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7 responses to “Let’s Take Back Control! We Want Our Country Back!

  1. I dunno, it’s a tricky one. Both “sides” of the debate have been unremittingly negative, mainly trading on insults and fear; the few times they have been positive they’ve been specious at best.

    The supporters of either side I don’t trust either. Too many self-appointed spokesentities I suspect of being mostly driven by personal gain (particularly the CBI, but I suspect many others too) and plenty of others have already established an inglorious career of not knowing what they’re talking about and changing direction with the wind (any economist). I’ve given up even bothering to read what anyone has to say because even if it doesn’t come dripping with hyperbole, I’ve become extremely suspicious of personal bias.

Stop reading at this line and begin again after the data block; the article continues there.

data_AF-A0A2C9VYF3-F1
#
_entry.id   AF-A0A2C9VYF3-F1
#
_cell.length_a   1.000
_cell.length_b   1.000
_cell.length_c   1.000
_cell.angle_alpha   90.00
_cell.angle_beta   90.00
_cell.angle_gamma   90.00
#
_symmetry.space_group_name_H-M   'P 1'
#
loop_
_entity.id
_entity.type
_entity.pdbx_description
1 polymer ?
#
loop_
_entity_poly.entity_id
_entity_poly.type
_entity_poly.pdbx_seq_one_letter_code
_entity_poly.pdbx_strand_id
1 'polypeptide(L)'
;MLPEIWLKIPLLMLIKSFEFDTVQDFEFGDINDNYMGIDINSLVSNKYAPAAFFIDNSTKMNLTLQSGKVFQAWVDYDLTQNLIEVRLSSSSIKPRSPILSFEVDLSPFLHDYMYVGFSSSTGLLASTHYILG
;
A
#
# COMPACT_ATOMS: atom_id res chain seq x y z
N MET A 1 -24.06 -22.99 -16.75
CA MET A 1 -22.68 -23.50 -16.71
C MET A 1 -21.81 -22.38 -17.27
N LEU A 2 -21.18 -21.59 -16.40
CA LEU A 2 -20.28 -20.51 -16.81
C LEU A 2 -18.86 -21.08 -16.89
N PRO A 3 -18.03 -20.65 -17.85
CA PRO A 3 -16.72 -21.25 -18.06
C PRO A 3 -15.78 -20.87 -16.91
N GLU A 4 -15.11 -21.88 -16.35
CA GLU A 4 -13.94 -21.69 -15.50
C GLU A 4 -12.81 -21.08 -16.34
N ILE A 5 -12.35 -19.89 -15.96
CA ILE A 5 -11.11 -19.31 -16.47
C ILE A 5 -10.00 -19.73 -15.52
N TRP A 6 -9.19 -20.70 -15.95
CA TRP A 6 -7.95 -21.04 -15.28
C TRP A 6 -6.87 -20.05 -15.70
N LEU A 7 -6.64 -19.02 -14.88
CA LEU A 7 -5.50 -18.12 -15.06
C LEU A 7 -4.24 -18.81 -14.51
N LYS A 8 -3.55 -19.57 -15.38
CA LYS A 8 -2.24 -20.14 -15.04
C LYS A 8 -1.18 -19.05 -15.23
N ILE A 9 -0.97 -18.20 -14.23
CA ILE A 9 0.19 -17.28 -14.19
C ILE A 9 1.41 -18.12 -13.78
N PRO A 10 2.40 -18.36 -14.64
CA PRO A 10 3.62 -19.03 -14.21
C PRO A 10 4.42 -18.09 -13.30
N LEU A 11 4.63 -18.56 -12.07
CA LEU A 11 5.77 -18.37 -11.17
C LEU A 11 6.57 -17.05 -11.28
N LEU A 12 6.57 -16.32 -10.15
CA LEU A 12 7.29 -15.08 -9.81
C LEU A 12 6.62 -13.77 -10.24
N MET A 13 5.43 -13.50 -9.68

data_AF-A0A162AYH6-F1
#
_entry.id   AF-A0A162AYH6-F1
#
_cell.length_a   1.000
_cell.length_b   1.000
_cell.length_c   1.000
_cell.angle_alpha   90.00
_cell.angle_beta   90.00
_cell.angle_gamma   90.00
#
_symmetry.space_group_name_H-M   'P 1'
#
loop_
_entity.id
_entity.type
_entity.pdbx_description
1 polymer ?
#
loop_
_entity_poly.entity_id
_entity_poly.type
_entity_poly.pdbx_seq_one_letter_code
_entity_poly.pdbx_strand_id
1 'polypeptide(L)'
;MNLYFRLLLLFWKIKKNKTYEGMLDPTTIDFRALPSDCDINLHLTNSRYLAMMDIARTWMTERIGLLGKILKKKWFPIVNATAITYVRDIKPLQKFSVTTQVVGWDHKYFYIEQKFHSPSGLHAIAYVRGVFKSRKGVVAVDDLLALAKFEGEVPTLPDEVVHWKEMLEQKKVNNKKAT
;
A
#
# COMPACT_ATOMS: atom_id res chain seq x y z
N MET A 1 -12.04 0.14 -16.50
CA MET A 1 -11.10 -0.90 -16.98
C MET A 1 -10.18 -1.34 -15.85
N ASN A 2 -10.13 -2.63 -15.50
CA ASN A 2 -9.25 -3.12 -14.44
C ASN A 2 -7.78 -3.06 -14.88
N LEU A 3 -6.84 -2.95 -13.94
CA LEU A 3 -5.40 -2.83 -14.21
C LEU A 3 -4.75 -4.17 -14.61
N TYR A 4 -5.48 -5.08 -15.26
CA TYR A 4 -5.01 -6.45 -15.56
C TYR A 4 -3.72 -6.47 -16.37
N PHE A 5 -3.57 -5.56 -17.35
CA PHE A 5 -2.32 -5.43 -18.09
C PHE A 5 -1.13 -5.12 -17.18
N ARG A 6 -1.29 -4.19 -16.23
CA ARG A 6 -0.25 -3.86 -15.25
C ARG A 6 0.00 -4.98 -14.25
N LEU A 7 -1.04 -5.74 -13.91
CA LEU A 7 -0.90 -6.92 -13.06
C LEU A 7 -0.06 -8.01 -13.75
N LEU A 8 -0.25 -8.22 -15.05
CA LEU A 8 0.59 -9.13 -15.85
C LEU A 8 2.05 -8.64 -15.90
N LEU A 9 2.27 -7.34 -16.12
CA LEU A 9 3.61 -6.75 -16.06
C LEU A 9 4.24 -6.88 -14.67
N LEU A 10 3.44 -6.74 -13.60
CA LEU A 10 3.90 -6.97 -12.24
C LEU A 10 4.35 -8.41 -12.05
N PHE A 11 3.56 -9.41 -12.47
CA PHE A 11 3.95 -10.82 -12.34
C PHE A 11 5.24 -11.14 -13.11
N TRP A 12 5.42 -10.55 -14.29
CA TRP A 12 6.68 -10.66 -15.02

In my case, leave looks the slightly better option in that it means fewer politicians, which has to be a good thing, though admittedly the ones we’ll be left with are really a pretty rotten lot and I wouldn’t trust them to manage a piggy-bank let alone a whole country.

    For me, the “good old days” are the time when we used to train our own people instead of stealing them from other countries, and when we used to look after the less able on the basis that it was the civilised thing to do, instead of blaming everything on them. Apparently we can afford to do neither now, in spite of having a healthier economy than ever, or some such. Of course I’m not blaming Europe for those things, but they are however unwittingly(?) enabling them.